Diamond brooches might not have the recognition of solitaire rings and drop danglers, but they are on their path to glory starting this year. The concept of brooch as a fashion accessory has been underutilized and poorly explored. It was one of those pieces that came up in the 19th century, then remerged in the later 20th century until more fashionable ornaments took over and it receded into the folds of oblivion. However, public interest in decorative pins has rekindled this year. Jewelers are compulsively producing ornamental pins, some of which are the finest the industry has seen so far.
Let’s look at four of the best designs that have come to earn public awe and admiration this year.
A Pearly Leaf: Pearl has a distinct character and that is its iridescence. Even the most irregular shaped pearls demonstrate a fabulous level of opalescence that gives ornaments a foreign feel. This leaf is conjured with a number of pearls arranged around a diamond vein. The pearls are joined together by a gold wireframe underneath. Between the pearl mountings, every now and then, sprouts a small diamond. It adds to the sparkle of the piece while breaking the pearl lines.
A Gold Leaf: Very few can beat this piece in its beauty. This pin has been curved to replicate an artist’s version of a leaf. An outline of rubies in baguette mounting run along the edge of the leaf and reemerge to form the vein that extends to the midsection. The inside of the leaf is filled with cluster diamonds of uniform size. There is no interruption in the design which gives the lines a fluidity. The clip at the bottom is well concealed from view when looked from top.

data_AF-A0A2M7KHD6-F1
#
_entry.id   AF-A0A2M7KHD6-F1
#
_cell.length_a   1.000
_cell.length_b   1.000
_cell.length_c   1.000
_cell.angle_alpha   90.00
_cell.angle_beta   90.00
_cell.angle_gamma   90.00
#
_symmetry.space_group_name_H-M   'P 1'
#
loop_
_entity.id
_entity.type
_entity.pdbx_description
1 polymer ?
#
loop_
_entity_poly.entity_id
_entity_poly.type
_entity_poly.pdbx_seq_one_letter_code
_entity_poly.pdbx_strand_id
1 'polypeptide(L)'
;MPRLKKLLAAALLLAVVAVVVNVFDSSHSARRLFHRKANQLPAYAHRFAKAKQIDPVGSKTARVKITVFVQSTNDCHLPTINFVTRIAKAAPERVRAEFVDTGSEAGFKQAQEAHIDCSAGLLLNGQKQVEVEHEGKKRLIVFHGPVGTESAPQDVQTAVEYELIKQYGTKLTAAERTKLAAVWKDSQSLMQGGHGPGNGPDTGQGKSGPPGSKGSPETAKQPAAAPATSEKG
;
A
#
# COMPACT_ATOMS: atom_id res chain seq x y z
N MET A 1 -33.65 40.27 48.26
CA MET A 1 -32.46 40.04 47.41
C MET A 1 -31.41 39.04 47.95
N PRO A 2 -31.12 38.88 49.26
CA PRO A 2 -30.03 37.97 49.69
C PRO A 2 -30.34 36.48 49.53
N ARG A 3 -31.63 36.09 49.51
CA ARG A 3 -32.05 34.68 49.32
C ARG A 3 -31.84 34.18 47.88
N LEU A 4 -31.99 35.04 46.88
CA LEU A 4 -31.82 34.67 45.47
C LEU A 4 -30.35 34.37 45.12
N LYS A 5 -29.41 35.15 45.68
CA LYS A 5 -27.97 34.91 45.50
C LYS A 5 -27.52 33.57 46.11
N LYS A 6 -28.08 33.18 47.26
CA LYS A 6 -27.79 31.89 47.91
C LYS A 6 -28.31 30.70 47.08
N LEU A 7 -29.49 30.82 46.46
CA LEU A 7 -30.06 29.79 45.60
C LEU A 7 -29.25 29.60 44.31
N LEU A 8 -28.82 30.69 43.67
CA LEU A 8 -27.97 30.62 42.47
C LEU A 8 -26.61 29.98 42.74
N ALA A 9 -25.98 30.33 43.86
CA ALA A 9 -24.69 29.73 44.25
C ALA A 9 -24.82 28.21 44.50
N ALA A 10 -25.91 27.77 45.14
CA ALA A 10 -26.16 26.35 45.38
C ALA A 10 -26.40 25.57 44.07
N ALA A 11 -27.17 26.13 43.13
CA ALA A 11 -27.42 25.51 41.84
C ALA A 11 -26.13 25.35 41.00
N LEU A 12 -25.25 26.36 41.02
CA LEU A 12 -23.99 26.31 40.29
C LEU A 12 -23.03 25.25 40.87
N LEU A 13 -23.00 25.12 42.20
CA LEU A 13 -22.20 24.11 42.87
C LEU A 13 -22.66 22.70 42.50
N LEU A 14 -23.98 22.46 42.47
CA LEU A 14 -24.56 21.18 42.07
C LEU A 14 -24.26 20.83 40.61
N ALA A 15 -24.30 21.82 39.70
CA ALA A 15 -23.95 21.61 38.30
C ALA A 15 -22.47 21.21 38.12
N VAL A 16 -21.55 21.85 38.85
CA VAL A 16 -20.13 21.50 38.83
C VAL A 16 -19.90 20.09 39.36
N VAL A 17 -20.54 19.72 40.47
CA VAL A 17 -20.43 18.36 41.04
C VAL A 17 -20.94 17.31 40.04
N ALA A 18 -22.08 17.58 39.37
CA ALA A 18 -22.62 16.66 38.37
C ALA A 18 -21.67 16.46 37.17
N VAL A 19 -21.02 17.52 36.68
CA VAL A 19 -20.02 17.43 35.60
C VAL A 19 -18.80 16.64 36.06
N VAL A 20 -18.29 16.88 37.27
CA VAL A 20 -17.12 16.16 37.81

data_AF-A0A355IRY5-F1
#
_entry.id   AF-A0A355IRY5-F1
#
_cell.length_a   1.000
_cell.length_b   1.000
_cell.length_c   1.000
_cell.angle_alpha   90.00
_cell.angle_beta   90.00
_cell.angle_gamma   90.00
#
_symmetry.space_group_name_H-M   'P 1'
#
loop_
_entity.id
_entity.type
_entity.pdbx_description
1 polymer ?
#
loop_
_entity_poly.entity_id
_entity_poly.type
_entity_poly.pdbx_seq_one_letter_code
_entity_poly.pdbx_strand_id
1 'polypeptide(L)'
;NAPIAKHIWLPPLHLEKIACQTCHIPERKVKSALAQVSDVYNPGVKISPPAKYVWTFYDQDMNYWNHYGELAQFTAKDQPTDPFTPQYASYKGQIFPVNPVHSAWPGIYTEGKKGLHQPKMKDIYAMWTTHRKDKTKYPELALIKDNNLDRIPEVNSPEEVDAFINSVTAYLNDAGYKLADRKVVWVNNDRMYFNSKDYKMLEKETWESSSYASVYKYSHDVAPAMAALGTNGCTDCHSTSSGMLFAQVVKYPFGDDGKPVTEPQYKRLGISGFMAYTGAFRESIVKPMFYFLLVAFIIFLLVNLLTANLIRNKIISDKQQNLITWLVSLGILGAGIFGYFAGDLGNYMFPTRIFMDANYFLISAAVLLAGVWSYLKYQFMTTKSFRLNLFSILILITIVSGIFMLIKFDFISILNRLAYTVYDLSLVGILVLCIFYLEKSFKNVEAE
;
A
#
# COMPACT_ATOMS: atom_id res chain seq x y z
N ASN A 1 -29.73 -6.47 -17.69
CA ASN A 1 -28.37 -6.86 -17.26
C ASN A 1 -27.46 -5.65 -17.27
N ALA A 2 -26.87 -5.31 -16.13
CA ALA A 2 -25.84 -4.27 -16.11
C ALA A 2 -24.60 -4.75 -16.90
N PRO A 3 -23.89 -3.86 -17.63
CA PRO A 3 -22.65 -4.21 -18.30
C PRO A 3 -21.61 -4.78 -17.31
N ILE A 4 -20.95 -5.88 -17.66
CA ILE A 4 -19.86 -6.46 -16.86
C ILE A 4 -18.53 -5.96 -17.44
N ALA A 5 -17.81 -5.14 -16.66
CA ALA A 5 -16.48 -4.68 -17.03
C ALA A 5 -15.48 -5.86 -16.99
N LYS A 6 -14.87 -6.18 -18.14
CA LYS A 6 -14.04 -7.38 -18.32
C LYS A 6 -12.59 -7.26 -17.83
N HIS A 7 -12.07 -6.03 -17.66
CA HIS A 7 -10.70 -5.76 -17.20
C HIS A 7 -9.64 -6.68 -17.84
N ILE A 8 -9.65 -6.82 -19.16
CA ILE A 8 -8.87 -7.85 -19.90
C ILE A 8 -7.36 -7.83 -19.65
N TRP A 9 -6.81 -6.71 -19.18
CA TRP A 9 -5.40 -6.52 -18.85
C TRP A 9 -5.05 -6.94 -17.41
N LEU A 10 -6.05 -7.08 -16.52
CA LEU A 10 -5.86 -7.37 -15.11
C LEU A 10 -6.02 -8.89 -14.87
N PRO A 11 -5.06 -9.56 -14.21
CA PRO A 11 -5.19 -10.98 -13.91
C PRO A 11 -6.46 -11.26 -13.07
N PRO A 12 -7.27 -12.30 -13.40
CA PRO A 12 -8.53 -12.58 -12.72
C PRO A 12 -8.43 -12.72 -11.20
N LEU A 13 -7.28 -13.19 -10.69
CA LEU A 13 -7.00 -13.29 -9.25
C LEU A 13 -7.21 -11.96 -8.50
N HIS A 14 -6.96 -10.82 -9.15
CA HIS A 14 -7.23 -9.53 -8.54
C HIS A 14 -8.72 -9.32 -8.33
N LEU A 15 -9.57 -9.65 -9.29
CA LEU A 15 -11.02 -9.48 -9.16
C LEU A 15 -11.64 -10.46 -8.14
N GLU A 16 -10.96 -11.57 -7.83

A Diamond-Sapphire Bowtie: The USP of this are the patterns and stonework inside. Without the details, the silhouette of this pin resembles a normal bowtie, with a downward bend that gives a fabric-like feel visually. The inside is filled with diamonds and sapphires. Three uniform circles fill the flaps of the collar and the inner segments are inlaid with triangular sapphires that give the circles a sharp angular pattern from inside. A circle at the center of these ones are occupied by a small diamond each, as is the rest of the free space outside. Blue lines of sapphire rig the entire design keeping the shape contained and distinct.
A Spread-Wing Dragonfly: This one came to notice for its spectacular details. The wings of the dragonfly is given a certain translucent feel with the use of flimsy enamel filling. The webbed structure of the wings has been neatly imitated in the piece. The eyes are made of green emerald while the tail is a diamond inlaid line.